Date of Award:

2007

Document Type:

Thesis

Degree Name:

Master of Science (MS)

Department:

Nutrition, Dietetics, and Food Sciences

Department name when degree awarded

Nutrition and Food Sciences

Advisor/Chair:

Bart Weimer

Abstract

The aim of this work was to use Fourier Transform Infrared Spectroscopy to characterize and identify bacteria of particular significance to the food industry. FT-IR spectroscopy is a rapid technique that can be applied to all groups of bacteria. The two objectives were to determine a suitable sampling procedure to record a spectrum and to determine a suitable statistical technique to identify characteristic regions of the spectrum associated with the genus and, potentially, the species. Pure cultures of bacteria were grown in broth, suspended in saline and dried to produce a film on a halide salt crystal. These films were then used to produce FT-IR spectra. In total, 80 spectra were recorded from seven genera, seven species and four strains of bacteria. Some of the spectra were considered to be too low in intensity to be included in statistical analysis. Data points from three specific windows of the remaining spectra were used to determine spectral distances between spectra. These spectral distances were used to perform cluster analysis using Ward's method, the Complete Linkage method and the Centroid method. The statistical analysis created successful clusters for several of the species used but was inconclusive overall in being able to distinguish between spectra at the genus, species and strain level. This may be due to inconsistent growth of bacteria and insufficient manipulation of the data. This study has shown the potential for FT-IR spectroscopy to be used to identify bacteria with significance for food but further development is needed to reproduce the consistent results demonstrated in current literature.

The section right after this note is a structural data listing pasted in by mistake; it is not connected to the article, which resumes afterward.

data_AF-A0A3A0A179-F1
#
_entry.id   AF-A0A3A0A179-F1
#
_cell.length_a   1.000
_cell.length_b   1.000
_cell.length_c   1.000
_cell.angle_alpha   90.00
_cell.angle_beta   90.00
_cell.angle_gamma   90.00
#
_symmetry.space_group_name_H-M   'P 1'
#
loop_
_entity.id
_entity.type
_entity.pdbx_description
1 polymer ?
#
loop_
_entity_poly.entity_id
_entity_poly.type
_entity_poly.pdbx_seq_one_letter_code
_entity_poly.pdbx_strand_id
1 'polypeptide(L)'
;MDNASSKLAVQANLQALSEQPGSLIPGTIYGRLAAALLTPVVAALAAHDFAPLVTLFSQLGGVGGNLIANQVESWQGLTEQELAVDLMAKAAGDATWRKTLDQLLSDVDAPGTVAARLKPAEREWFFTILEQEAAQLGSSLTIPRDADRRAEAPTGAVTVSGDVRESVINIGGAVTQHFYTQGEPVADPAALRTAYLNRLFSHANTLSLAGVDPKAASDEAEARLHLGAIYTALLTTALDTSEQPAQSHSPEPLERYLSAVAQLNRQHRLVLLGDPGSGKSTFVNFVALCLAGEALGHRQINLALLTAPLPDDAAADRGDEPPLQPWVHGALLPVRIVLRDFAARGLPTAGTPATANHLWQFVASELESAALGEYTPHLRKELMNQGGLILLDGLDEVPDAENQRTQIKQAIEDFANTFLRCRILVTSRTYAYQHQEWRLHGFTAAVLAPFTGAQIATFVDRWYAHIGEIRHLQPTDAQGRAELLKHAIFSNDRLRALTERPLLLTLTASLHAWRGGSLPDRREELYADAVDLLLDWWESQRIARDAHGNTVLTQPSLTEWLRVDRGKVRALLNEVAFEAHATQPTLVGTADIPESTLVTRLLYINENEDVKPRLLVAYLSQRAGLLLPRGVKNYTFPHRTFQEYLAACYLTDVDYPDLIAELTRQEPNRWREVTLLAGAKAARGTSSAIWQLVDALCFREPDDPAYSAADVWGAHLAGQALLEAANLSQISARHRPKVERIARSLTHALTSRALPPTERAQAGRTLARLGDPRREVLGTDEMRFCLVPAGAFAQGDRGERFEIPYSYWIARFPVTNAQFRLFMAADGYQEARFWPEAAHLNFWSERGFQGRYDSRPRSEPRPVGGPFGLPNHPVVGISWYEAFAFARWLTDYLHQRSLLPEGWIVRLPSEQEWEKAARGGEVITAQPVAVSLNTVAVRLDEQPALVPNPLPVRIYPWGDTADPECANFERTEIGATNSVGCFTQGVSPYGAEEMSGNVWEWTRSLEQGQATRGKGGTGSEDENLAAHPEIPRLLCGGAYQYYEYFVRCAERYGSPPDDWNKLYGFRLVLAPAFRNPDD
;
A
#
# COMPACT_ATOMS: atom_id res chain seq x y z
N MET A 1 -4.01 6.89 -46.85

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35a6f86be3b22ec5d808281b64e82153

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